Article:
Thanks to Adobe’s dominance of the graphic arts world, there are a huge range of tutorials and other support information available online. I didn’t experience any bugs while working with this latest version, and Adobe has an extensive troubleshooting forum with active support techs answering questions. There’s also a dedicated community of other users who can provide guidance and help.
Adobe Illustrator Alternatives
This is the latest version of Corel’s long-time rival for Illustrator’s industry crown, and it offers direct competition feature-for-feature. It’s available as a digital download or as a physical product, but only as part of the CorelDRAW Graphics Suite package. This makes the price for accessing this one aspect a whopping $499 for a standalone copy, but the subscription price for the full suite is far cheaper than an Illustrator-only subscription at just $16.50 per month, billed annually. Read our full CorelDRAW review here.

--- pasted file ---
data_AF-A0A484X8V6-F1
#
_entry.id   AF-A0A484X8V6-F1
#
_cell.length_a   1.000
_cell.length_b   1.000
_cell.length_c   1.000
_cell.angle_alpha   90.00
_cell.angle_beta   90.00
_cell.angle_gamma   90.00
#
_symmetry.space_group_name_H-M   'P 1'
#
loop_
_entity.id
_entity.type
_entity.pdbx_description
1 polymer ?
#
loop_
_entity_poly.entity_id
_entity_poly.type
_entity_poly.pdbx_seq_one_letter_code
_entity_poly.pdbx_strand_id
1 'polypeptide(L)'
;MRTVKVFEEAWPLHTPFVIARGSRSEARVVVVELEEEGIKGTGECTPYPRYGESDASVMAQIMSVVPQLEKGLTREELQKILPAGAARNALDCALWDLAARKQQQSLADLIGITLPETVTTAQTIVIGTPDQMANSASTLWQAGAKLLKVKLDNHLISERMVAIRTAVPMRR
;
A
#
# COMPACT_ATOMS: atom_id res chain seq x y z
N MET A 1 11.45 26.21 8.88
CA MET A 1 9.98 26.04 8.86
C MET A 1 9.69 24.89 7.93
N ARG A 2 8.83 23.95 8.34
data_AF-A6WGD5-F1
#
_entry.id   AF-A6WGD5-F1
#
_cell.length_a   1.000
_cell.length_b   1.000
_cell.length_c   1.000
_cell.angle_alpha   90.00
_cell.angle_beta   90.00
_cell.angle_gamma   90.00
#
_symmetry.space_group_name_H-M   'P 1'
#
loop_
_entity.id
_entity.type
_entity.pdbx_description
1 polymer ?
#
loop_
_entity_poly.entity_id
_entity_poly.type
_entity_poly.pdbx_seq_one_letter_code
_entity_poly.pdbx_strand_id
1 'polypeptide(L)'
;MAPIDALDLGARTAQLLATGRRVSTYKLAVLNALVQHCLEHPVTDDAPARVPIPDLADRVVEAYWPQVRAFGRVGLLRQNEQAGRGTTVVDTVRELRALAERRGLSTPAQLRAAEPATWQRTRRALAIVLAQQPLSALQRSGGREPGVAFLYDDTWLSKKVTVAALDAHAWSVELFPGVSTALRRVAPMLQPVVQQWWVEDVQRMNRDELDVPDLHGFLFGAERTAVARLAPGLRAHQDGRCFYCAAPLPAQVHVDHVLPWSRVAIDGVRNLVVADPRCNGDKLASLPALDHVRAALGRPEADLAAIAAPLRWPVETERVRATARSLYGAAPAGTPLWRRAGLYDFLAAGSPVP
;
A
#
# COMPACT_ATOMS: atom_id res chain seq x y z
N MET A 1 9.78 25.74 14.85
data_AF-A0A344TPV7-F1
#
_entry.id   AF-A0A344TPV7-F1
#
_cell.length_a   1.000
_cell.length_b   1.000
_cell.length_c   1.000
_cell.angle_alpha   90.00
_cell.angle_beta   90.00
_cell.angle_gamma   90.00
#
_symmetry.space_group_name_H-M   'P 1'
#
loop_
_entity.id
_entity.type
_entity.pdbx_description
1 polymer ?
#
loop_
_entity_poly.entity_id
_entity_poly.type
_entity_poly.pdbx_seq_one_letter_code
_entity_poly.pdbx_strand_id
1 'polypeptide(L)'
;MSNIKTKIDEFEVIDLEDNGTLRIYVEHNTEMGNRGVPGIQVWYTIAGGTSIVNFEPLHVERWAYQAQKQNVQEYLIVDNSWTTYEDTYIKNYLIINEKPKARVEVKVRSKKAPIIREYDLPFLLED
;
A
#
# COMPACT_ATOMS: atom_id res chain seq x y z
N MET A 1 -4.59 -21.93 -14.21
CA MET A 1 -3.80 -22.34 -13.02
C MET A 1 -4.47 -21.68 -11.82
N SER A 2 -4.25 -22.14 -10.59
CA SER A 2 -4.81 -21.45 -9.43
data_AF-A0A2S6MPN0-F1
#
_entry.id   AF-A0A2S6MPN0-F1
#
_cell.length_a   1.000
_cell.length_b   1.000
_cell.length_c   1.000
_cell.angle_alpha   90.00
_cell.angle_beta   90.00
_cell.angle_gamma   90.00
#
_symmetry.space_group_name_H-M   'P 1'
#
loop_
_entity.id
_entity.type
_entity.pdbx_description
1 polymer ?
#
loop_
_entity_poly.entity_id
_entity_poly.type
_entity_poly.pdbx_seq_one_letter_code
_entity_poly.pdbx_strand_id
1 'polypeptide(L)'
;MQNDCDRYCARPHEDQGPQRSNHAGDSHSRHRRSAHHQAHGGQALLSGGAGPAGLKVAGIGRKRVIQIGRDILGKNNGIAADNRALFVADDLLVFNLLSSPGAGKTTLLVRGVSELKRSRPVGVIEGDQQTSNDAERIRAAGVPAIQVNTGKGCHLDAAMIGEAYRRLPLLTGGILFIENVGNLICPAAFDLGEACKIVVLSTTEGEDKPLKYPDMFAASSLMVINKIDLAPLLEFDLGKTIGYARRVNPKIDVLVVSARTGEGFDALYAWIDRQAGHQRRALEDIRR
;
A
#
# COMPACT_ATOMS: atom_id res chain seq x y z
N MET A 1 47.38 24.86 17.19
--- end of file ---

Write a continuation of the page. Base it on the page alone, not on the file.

Sketch (MacOS only)
Sketch is a Mac-only vector drawing tool that’s working hard to appeal to graphic designers who don’t want to use Illustrator. I haven’t a chance to test it, since I’m a PC user, but its feature set seems to closely match Illustrator’s. The user interface seems to leave something to be desired, but it may appeal to others. The price is reasonable at $99 USD for a standalone copy, which comes with a year of free updates.
Inkscape is a free, open-source vector creation tool. It claims to be ‘professional’, but it’s hard to trust your professional time to software that hasn’t even reached version 1.0 after 12 years. That being said, those 12 years haven’t been wasted, and Inkscape features many of the same functions you’ll find in Illustrator. You have to appreciate the time and effort donated to this project by the development community, and they are still firmly behind it – plus you sure can’t argue with the price!
Adobe Illustrator is the industry-leading vector graphics creation tool for good reason. It has powerful, flexible tools that can meet almost anyone’s working requirements, and functions beautifully with other Adobe apps to provide a complete image creation workflow. The mobile apps sync flawlessly, and Adobe is constantly developing new features for the entire ecosystem. The only real drawback to Illustrator is the steep learning curve, but once you master the basics you can create some incredible work. The price is a bit steep for a standalone app, but it’s hard to find another program that provides the same value for money.